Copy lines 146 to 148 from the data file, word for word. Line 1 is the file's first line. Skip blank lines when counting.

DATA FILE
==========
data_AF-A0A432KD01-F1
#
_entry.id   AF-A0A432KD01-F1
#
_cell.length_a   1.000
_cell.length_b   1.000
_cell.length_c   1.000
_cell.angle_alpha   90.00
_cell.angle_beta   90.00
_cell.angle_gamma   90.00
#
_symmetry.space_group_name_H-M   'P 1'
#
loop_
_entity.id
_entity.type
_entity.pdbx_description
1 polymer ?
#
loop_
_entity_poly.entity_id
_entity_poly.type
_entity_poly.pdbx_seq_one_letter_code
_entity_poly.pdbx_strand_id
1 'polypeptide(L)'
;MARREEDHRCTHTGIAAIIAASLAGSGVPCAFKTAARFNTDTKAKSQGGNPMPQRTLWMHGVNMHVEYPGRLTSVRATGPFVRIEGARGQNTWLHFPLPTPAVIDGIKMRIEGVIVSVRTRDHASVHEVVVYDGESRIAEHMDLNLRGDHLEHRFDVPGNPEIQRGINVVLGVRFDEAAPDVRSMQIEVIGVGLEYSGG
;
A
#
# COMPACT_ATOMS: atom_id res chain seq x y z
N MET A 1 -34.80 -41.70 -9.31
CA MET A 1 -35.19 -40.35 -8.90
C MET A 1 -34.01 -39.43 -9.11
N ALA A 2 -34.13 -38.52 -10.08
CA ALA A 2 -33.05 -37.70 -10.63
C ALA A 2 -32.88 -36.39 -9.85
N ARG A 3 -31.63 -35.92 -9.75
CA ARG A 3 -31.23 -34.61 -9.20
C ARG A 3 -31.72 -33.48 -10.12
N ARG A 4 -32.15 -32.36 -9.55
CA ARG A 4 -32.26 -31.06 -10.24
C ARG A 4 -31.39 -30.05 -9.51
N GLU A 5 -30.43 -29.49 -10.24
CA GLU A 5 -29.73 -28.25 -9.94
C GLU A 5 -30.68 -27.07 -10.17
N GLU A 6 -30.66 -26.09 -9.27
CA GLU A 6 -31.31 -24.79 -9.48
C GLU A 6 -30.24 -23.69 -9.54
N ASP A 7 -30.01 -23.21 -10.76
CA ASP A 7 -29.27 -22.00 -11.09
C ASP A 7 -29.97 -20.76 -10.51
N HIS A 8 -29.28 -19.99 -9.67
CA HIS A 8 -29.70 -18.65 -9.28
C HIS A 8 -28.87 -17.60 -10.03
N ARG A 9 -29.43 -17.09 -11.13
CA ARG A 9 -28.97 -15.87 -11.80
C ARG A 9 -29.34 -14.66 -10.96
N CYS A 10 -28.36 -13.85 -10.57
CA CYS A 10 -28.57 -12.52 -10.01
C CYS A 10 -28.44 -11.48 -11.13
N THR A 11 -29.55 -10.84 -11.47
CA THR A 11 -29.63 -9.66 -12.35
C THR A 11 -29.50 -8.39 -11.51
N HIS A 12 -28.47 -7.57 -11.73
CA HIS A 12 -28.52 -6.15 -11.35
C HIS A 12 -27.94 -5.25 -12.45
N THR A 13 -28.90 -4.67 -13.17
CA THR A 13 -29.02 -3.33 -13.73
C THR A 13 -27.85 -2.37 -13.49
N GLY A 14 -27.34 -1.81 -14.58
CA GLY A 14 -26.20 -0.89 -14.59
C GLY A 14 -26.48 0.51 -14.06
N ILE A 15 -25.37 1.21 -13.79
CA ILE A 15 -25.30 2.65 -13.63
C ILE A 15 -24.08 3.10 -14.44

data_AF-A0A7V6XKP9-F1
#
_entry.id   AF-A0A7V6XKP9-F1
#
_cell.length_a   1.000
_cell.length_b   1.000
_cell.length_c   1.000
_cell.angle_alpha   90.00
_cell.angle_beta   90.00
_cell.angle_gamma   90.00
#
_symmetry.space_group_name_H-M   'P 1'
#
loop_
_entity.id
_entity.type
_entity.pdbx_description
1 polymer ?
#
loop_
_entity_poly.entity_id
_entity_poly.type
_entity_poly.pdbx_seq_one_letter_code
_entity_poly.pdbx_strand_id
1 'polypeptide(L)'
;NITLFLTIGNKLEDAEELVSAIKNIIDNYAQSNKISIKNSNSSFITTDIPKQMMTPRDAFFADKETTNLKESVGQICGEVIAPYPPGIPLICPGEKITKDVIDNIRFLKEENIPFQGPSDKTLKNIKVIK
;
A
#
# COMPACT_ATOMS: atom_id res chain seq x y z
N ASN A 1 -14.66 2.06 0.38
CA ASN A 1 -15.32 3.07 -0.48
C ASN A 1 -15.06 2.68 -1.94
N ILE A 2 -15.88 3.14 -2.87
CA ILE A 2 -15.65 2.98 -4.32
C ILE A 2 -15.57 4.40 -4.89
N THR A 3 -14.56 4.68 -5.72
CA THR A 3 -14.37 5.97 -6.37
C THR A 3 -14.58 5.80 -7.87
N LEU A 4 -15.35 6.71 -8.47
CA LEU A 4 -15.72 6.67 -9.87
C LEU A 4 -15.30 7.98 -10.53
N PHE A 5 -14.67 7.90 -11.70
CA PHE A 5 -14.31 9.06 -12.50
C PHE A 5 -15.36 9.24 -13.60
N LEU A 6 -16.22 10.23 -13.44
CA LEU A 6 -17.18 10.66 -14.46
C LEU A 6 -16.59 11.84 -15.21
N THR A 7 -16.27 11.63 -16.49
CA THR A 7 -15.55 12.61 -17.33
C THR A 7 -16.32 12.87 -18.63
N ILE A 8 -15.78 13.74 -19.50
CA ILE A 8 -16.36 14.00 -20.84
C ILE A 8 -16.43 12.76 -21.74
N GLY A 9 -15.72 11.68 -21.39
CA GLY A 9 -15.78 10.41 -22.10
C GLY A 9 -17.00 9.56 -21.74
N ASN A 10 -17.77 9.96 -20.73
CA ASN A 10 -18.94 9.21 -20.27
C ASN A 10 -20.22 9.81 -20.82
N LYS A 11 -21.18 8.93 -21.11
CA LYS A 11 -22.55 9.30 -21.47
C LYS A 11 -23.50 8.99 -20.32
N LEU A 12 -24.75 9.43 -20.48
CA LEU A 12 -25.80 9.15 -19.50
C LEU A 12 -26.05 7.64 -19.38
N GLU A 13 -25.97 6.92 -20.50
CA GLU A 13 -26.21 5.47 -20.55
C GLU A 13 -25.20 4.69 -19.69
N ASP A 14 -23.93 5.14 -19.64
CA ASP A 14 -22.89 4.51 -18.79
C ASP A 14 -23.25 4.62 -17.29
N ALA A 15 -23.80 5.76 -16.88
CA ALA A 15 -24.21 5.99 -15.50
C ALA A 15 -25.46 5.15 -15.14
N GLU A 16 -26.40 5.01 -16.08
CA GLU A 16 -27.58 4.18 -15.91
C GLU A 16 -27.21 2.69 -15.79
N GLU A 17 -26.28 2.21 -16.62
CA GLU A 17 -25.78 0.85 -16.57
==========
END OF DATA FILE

CA ASP A 14 -22.89 4.51 -18.79
C ASP A 14 -23.25 4.62 -17.29
N ALA A 15 -23.80 5.76 -16.88